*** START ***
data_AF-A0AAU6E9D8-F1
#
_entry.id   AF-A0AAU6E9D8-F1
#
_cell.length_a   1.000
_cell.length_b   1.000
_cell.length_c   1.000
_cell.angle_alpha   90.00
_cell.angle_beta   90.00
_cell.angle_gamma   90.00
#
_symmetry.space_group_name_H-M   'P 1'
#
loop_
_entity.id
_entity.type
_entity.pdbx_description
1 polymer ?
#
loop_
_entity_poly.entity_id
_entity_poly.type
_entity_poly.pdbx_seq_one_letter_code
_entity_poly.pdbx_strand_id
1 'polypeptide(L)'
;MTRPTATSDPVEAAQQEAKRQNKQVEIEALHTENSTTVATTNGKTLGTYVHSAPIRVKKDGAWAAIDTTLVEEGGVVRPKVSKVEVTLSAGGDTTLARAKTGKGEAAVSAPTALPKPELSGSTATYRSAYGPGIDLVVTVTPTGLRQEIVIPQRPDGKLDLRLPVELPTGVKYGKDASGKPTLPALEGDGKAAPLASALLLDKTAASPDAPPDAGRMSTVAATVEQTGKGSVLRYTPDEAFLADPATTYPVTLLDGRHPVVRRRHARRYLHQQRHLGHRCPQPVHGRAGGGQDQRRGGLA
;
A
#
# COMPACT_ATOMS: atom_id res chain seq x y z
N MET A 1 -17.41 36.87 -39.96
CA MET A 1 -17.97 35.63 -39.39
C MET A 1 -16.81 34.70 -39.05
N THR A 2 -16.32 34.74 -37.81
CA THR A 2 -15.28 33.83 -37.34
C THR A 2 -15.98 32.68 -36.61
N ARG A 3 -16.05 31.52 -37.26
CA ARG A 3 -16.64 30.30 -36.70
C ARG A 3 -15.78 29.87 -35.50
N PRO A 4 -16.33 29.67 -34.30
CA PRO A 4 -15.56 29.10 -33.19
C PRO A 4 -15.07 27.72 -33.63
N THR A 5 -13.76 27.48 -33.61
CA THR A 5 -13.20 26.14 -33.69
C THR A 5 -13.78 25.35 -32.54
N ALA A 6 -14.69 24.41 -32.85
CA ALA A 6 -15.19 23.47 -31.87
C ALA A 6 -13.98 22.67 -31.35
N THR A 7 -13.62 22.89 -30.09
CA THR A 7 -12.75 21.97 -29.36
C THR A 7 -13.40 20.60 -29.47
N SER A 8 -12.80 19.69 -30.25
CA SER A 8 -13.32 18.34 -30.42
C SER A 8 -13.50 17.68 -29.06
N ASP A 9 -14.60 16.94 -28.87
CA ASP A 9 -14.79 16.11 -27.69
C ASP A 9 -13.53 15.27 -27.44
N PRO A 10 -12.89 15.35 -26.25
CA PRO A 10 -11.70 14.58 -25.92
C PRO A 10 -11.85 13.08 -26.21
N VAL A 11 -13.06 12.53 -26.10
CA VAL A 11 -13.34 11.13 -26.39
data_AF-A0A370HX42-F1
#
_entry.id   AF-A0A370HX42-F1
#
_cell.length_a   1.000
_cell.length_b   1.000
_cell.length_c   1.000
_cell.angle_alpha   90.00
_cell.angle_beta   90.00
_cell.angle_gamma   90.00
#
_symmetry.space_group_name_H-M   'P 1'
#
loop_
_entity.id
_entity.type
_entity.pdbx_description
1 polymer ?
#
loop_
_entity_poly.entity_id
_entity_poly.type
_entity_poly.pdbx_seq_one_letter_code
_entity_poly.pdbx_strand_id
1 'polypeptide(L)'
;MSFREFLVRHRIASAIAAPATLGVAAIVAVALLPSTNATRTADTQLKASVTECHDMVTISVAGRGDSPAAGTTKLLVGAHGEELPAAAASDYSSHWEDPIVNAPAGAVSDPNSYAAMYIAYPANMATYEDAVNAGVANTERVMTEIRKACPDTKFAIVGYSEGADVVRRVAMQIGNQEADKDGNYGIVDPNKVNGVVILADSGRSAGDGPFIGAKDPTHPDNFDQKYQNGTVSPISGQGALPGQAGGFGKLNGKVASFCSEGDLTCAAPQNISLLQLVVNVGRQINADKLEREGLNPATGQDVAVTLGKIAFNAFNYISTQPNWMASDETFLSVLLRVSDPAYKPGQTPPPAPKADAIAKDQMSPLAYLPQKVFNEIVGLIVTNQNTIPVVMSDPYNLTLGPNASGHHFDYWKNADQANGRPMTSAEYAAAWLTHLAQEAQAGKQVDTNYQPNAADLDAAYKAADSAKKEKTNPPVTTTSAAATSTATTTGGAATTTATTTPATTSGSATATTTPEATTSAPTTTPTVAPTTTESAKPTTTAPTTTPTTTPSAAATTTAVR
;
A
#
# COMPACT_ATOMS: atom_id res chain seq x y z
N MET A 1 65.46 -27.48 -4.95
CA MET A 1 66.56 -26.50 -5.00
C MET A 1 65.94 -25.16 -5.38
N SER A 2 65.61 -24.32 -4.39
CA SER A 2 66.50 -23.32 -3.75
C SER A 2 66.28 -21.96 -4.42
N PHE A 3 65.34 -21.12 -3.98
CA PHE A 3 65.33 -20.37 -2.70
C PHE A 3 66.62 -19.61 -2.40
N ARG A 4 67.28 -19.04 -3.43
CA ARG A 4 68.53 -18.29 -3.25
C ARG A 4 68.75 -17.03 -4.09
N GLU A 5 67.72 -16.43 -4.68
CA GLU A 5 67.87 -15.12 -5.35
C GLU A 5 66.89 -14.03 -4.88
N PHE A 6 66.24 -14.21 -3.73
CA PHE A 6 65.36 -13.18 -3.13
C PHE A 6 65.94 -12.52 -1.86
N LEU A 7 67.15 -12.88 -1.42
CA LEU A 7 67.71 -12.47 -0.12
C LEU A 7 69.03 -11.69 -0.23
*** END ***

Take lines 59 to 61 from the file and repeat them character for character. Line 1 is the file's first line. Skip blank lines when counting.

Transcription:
CA PRO A 10 -11.70 14.58 -25.92
C PRO A 10 -11.85 13.08 -26.21
N VAL A 11 -13.06 12.53 -26.10